Future Models - BMW 2010 X5
First look: BMW readies X5 for Porsche, VW onslaught
X-fighter: Upgraded X5, due here in June, brings more performance, economy and options, plus new variant names and an eight-speed auto.
Facelifted BMW X5 emerges ahead of renewed attack from new Cayenne and Touareg
8 February 2010
BMW has given Australia’s top-selling luxury SUV a thorough pull-through in the face of fresh opposition from Porsche’s MkII Cayenne and Volkswagen’s new Touareg, both of which will appear for the first time in three weeks at the Geneva motor show.
Revealed on the eve of the launch of its redesigned 5 Series sedan in Europe and due on sale here in June, the midlife makeover for BMW’s first and largest crossover wagon is headlined by more powerful and efficient engines matched with eight-speed automatic transmissions, plus brake energy regeneration across the range.
While the entry-level X5 xDrive30i has been discontinued in the lead-up to the release of a more upmarket MkII X3 in Europe in October, there are new X5 variant names to reflect the significant powertrain upgrade, accompanied by subtle new exterior and interior cosmetics, upgraded electric power steering and more high-tech options.
Exterior changes are limited to a new front bumper with larger air intakes, a deeper rear bumper and revised headlights and tail-lights, while inside the X5 gains new trim, the latest iDrive system and the new options of Active Cruise Control with Stop & Go function, Lane Departure Warning and Side View.
But the biggest news is in the engine bay, where BMW has made substantial improvements in both performance and economy, thanks partly to the standard fitment of the new eight-speed torque converter automatic that debuted last year in BMW’s flagship 760Li limousine.
Gone is the 200kW/315Nm 3.0-litre straight petrol six of the base X5 xDrive30i, replaced by BMW’s 225kW/400Nm twin-turbo direct-injection six, upping power by 25kW and torque by 85Nm, and lifting claimed 0-100km/h by 1.3 seconds to 6.8 seconds.
At the same time, the new X5 xDrive35i, fitted with an eight-speed auto, is said to be 1.6 litres per 100km more fuel-efficient, with average fuel consumption dropping to 10.1L/100km (versus 11.7L/100km for the outgoing xDrive30i).
Also blessed with BMW TwinPower Turbo technology is the other petrol engine fitted to the new xDrive50i variant, which replaces the xDrive48i and brings the top-shelf non-M-badged X5 into line with BMW’s X6 SUV range.
As in the X6 xDrive50i, its 4.4-litre twin-turbo V8 produces 300kW and no less than 600Nm between 1750 and 4500rpm - up 39kW and a massive 245Nm over the naturally aspirated 4.8-litre V8 in the X5 xDrive48i.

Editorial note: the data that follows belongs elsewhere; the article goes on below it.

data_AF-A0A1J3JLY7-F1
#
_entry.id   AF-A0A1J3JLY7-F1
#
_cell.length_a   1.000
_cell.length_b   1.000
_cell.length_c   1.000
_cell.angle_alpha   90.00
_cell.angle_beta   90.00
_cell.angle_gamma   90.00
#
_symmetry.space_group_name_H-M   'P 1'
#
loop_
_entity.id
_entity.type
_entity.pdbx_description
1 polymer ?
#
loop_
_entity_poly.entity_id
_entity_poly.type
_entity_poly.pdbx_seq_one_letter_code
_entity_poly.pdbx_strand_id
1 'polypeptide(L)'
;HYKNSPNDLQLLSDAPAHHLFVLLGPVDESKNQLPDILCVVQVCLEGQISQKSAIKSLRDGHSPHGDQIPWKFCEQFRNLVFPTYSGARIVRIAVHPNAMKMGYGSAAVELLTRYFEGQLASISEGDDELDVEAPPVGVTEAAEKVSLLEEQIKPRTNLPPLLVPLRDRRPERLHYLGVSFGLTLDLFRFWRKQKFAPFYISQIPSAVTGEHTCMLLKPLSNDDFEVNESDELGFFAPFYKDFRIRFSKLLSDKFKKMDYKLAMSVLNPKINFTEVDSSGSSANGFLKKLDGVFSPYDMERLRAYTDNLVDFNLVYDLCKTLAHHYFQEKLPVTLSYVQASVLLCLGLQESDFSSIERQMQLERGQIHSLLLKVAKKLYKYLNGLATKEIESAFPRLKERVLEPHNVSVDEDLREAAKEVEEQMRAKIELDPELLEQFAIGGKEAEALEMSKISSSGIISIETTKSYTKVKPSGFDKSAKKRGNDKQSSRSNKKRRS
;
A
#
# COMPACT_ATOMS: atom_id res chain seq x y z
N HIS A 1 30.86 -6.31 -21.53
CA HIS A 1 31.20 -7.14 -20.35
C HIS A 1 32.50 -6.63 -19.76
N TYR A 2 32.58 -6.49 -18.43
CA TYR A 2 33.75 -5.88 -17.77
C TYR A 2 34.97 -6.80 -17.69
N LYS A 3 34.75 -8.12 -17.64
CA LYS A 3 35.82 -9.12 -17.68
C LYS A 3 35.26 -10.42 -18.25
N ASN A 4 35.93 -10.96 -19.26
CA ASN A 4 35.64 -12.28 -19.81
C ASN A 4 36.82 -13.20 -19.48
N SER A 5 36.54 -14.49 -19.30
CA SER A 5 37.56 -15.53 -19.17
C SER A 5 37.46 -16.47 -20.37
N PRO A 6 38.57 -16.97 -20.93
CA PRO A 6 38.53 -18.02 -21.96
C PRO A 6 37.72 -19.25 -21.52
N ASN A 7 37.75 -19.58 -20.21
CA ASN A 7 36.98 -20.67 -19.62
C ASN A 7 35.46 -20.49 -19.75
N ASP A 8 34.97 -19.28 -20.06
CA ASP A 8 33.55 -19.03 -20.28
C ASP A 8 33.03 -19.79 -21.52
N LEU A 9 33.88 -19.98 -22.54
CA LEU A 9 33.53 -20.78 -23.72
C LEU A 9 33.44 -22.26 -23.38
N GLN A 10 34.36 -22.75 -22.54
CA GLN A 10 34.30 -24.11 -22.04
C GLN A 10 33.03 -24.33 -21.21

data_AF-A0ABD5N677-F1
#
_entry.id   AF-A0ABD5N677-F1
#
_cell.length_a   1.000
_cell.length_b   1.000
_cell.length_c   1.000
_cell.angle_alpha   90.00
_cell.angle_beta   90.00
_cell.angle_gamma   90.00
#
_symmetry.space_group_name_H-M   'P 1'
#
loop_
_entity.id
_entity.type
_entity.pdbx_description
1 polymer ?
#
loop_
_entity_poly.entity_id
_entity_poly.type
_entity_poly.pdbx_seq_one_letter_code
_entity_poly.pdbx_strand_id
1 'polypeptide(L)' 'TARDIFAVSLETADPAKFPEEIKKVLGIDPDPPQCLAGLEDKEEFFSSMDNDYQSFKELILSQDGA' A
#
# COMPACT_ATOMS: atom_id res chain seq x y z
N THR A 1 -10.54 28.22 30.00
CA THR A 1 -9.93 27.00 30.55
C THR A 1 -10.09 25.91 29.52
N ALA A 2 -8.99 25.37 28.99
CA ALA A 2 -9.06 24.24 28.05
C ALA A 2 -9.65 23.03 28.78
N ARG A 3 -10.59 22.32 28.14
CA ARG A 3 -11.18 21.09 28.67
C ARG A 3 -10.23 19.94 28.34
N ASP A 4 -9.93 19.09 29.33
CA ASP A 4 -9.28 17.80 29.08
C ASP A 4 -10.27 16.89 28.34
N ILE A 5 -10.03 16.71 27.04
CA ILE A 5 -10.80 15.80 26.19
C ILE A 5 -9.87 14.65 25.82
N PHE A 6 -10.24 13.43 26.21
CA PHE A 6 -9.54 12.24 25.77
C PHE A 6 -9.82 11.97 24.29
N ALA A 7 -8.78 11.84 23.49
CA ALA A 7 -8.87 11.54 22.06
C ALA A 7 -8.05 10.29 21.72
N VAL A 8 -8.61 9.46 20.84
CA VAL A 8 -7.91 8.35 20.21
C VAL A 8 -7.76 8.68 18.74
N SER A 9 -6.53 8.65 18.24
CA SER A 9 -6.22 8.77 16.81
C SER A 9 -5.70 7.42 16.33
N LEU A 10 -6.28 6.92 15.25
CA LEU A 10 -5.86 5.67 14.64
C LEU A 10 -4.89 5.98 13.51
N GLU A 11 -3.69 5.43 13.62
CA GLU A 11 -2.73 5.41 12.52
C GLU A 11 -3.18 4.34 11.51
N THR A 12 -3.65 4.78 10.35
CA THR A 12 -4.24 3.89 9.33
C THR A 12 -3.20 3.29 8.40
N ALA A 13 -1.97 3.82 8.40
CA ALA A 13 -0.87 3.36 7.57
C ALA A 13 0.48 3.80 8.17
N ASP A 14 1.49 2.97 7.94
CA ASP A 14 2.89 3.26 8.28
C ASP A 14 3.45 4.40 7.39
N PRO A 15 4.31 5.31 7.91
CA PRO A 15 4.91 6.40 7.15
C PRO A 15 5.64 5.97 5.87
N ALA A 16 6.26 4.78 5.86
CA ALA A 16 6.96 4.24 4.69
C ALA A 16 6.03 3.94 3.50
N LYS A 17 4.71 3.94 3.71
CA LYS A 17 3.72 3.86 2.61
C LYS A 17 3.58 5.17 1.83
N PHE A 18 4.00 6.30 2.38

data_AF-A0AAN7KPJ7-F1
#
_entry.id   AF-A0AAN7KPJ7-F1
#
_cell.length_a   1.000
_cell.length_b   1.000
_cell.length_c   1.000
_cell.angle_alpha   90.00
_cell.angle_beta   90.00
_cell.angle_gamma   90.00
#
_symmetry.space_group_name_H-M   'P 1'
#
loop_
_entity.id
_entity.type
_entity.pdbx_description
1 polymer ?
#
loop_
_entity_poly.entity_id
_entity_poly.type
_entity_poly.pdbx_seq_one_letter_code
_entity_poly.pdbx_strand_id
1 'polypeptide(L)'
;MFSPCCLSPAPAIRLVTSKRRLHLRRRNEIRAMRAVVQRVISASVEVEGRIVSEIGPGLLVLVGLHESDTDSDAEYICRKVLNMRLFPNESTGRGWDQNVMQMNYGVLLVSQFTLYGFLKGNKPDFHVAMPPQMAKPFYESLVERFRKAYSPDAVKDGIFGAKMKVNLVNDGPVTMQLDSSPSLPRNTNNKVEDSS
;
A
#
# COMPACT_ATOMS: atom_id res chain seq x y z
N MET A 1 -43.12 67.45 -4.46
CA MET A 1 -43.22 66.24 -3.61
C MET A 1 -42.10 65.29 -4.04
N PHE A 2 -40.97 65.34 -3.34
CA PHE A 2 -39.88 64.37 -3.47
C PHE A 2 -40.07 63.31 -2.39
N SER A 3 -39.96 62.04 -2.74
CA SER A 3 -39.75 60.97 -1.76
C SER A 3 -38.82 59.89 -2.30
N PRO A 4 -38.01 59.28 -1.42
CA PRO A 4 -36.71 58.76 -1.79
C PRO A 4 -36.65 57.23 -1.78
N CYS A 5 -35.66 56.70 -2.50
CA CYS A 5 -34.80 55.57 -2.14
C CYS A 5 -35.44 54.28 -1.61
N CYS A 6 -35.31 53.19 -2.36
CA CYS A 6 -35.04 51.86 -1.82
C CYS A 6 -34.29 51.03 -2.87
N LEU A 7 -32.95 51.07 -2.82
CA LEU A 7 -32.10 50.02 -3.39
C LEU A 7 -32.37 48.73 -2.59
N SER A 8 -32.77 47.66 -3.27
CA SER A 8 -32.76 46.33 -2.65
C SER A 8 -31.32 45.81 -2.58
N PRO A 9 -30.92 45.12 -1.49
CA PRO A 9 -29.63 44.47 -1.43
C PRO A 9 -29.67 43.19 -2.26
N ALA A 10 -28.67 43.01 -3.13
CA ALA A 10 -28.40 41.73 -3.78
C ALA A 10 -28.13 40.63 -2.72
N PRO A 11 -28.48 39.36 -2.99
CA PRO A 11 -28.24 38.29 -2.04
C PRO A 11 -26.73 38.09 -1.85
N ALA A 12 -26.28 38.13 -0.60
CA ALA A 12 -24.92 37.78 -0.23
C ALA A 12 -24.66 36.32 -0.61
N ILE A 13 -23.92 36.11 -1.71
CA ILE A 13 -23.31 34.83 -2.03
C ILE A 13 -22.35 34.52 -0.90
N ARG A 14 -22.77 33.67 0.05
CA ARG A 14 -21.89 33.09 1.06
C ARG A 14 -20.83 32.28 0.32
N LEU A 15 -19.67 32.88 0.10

Driving through eight rather than six transmission ratios, it is 1.1 seconds quicker to 100km/h than before (5.5 versus 6.6 seconds).
Unlike the rest of the 2010 X5 range, however, the X5 5.0i is less efficient than the model it replaces, returning similar average fuel consumption but increasing average CO2 emissions by six grams per kilometre.
Both diesel versions of the freshened X5 offer more power, torque and fuel efficiency.
Average fuel economy for the volume-selling X5 xDrive30d has been reduced by 15 per cent or 1.3L/100km, from 8.7 to 7.4L/100km – despite an increase in power from 160 to 180kW and a corresponding half-second reduction in 0-100km/h acceleration, from 8.1 to 7.6 seconds.
Finally, the third X5 variant to receive a new nameplate is the X5 xDrive40d, which replaces the xDrive35d and continues to be powered by an all-aluminium 3.0-litre straight-six common-rail diesel engine.
This time, however, it offers 225kW (up 15kW) and 600Nm (up 20Nm), and accelerates to 100km/h in 6.6 seconds (down from seven seconds), yet returns 15 per cent lower fuel consumption – 7.5 versus 8.8L/100km.
BMW says the addition of its speed-dependent Servotronic steering assistance system improves the X5’s parking manoeuvrability and steering effort at low speeds. Active steering and third-row seating options continue to be available.
In an unusual move, BMW Australia has confirmed that pricing of the latest X5 will increase in line with its improved specifications and standard equipment levels when the newer model is launched here mid-year. Currently, the xDrive30i opens the X5 range at $86,635.
The X5 has been Australia’s most popular luxury SUV for the past seven years. Launched here in November 2000, the original five-seat-only model was replaced in April 2007 by the larger second-generation X5, which last year attracted 3124 sales (down 8.3 per cent) for a dominant 15.6 per cent segment share.
Sales in January were a massive 62.5 per cent up, with 286 sold – easily out-pacing Audi’s Q5 (242) and direct rivals like the Mercedes-Benz M-class (171), Lexus RX (165) and Audi Q7 (140).
The range-topping X5 xDrive M super-SUV ($172,900) and a new Innovations options package joined the current X5 line-up in Australia in January.